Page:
Ah, to be back. School has dominated my life this week, BUT I always have time to answer your Magic: The Gathering related questions.

 

“So how can you tell a new player from an experienced player?”

You’re playing a match against someone and focusing hard, and a player comes up to you and asks “do you want to play a match?” Would you assume that it’s a new player or a more experienced player? I right away assume a newer player (though I’ve been wrong hundreds of times before). Newer players don’t usually have the awareness that competitive players do. They don’t generally understand what is considered to be rude or unsportsmanlike in a competitive environment .  You should not fault a new player for this, however. They might have come from playing with 4 friends at their house on the kitchen table, where speaking up during a match is no problem. But most competitive players like focusing on their match and don’t like talking while playing. If you’re a new player and want to play, try to watch and emulate those around you. If most players are waiting until after the match to talk to the competitors, that’s usually a good sign that you should wait too.

Another sure way to spot a newer player is in their handling of sorceries and instants. If you watch them carefully, you’ll notice that they tend to hover their hand over the mana they they want to tap, alerting opponents and spectators to their play. This kind of ‘tell’ (A sort of sign players can pick up on) is something that newer players can work on over time. In a sense, you’re trying to trick your opponent; the goal is to hide your intentions. This isn’t easy, sometimes I give tells and mess up too. It’s an art really, and needs to be honed through playing.

Another sure-fire way I can tell a new player from more experienced ones, is that they like to comment on the match while it’s happening. This is unfair to the competitors and is considered a big “No-no” in tournaments.  Commenting can often times skew the game and doesn’t allow for mistakes to be made. If my opponent forgets a trigger or effect that isn’t mandatory, it can benefit me. If, however, a spectator comments on it, the odds are then skewed in my opponent’s favor. This is why Magic is a skill intensive game. You need to remember your triggers and effects while making other plays. To sum that up, don’t give information or help, unless you’re asked for such.

These are just a quick ways of telling newer players from those with a few tournaments under their belts.

“What is your opinion of Dark Ascension?”

I think Dark Ascension is exactly what standard format wanted. I personally love this set; it has so much flavor, and adds to the horror theme that Innistrad started. Dark Ascension also introduces a lot of new mechanics. This set has cards for every format. Vintage, Legacy, Modern, Standard, Commander, and Casual can all be happy with it. (LOL Extended is a format?). Grafdigger’s Cage literally changes the game in every format. Vintage, which allows for cards from any set to be used, has expanded exponentially in it’s potential because of Dark Ascension.  Since Vintage is a very fast format and can often focus on getting creatures straight from the deck (Oath of Druids, Tinker) and graveyard (Dredge, Worldgorger Dragon), Dark Ascension only adds to these possibilities.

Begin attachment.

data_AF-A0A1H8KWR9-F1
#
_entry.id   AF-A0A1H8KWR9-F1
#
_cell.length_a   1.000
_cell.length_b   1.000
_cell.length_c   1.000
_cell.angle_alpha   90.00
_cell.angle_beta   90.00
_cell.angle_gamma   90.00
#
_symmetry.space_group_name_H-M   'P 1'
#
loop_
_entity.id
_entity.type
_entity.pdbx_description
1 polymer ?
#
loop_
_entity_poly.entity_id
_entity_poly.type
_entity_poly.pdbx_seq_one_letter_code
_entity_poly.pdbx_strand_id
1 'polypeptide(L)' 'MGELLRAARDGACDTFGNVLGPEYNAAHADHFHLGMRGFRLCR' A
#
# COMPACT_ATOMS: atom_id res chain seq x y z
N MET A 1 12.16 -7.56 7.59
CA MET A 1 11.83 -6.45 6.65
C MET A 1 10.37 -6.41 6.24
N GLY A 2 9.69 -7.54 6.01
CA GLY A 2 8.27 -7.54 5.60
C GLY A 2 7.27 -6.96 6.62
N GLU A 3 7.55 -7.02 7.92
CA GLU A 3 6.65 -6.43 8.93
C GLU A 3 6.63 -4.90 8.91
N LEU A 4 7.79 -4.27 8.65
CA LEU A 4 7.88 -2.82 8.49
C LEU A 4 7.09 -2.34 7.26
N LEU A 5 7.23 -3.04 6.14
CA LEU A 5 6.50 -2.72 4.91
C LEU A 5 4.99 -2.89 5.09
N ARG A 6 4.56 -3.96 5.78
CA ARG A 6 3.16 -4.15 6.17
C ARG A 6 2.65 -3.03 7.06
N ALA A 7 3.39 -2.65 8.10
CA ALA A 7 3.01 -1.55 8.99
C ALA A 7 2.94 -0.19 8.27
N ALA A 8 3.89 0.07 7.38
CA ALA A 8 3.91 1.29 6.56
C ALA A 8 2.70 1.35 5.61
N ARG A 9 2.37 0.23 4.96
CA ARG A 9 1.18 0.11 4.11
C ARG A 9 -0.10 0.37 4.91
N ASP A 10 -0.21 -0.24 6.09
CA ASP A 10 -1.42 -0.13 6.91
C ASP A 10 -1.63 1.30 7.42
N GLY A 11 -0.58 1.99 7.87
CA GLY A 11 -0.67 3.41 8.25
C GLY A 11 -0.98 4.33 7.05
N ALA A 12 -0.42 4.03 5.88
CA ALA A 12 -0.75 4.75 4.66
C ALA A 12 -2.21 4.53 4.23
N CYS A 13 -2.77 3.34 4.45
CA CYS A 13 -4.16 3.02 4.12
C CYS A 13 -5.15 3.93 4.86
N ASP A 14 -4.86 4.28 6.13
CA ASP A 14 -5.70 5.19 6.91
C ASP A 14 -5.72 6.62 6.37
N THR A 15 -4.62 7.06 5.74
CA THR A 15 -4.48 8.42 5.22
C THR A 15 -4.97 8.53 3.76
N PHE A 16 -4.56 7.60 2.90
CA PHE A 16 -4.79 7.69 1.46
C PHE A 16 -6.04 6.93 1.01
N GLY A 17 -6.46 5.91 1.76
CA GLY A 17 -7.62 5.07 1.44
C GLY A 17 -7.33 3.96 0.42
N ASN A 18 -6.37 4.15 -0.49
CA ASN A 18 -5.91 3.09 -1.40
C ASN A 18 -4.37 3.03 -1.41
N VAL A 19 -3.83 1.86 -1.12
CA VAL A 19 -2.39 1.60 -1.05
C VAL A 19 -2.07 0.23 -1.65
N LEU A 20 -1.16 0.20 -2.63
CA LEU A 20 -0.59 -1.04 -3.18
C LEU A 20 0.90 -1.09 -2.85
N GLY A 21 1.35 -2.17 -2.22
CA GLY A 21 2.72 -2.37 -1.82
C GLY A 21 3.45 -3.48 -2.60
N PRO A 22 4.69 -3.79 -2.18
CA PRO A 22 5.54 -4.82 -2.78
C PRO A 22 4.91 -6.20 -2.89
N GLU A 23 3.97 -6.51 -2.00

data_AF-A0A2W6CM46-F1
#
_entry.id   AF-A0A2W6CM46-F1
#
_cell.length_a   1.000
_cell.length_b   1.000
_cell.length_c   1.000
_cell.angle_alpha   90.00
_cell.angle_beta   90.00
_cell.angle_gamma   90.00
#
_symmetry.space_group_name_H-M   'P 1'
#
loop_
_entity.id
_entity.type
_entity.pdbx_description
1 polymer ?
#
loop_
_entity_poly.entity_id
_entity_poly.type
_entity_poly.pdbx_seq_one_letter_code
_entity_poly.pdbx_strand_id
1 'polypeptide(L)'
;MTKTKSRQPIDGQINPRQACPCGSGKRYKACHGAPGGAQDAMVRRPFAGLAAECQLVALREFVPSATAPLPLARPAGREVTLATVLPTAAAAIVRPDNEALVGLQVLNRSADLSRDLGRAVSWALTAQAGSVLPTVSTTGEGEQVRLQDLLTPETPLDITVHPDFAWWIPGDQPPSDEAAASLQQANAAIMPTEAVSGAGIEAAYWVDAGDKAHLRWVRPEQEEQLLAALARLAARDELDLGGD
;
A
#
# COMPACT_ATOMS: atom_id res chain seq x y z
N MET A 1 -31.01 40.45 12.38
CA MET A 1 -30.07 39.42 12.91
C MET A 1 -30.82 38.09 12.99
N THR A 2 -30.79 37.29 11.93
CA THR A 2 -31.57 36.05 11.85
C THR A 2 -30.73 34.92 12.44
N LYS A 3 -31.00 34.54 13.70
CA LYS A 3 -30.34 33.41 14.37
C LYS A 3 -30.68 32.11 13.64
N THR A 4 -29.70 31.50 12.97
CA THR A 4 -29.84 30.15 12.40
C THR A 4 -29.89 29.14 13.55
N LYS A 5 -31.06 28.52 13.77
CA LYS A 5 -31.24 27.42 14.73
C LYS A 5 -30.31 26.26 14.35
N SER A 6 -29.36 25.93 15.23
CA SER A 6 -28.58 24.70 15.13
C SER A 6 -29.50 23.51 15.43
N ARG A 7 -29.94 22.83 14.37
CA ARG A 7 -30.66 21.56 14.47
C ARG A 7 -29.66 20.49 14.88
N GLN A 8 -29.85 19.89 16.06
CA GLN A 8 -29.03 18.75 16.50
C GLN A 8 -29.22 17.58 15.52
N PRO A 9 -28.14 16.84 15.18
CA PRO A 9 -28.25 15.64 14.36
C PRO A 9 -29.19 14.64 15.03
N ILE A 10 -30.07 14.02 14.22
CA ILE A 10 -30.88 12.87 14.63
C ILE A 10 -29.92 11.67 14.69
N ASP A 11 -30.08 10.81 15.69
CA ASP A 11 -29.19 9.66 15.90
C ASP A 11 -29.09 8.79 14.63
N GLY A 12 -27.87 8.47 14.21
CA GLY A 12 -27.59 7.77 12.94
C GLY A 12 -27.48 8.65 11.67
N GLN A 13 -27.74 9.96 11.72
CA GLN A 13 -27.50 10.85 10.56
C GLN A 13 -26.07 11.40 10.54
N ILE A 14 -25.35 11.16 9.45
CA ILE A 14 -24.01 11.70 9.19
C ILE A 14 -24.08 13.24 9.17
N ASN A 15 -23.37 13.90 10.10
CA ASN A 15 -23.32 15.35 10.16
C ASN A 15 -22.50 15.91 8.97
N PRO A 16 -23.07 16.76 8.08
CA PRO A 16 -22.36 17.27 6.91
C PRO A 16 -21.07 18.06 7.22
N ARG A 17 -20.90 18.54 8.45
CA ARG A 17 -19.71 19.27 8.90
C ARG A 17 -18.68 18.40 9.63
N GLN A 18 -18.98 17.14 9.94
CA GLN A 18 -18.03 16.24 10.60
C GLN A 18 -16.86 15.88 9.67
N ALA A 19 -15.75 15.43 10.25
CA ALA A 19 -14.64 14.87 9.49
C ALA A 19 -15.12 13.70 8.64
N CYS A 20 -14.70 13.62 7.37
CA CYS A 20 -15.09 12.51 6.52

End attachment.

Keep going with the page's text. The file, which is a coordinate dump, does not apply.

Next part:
But the card that I’m most excited for is Sorin, Lord of Innistrad. This card is format warping, and is so strong. Though, unlike other cards (Sorry Jace) Sorin is not too powerful, because you need to actually build a deck around him, or a deck that uses his abilities to maximum effect. For example, Black/ White Tokens.

B/W Tokens (Post Dark Ascension)

Artifacts
4 Shrine of Loyal Legions
Creatures
4 Blade Splicer
4 Doomed Traveler
3 Hero of Bladehold
Enchantments
4 Honor of the Pure
4 Intangible Virtue
Planeswalkers
4 Elspeth Tirel
4 Sorin, Lord of Innistrad
Sorceries
4 Lingering Souls
Basic Lands
12 Plains
6 Swamp
Lands
4 Isolated Chapel
3 Vault of the Archangel

This deck is a swarm deck in which you pump out tons of small creatures and buff them to overwhelm your opponents and kill them. I personally love this deck because of it’s efficiency and strength against decks with spot removal (cards that only remove one creature). I’m personally going to attempt to build this or Vampires in the next set. God help my wallet.

Guys, have a great week and don’t forget that across the country there are  Dark Ascension events at card stores near you .Use THIS to find a store near you where you can play. Remember to send me any and all of your questions, or comment below!

Keep Shuffling

Neal Kleinman
Nealkleinman@comicbooked.com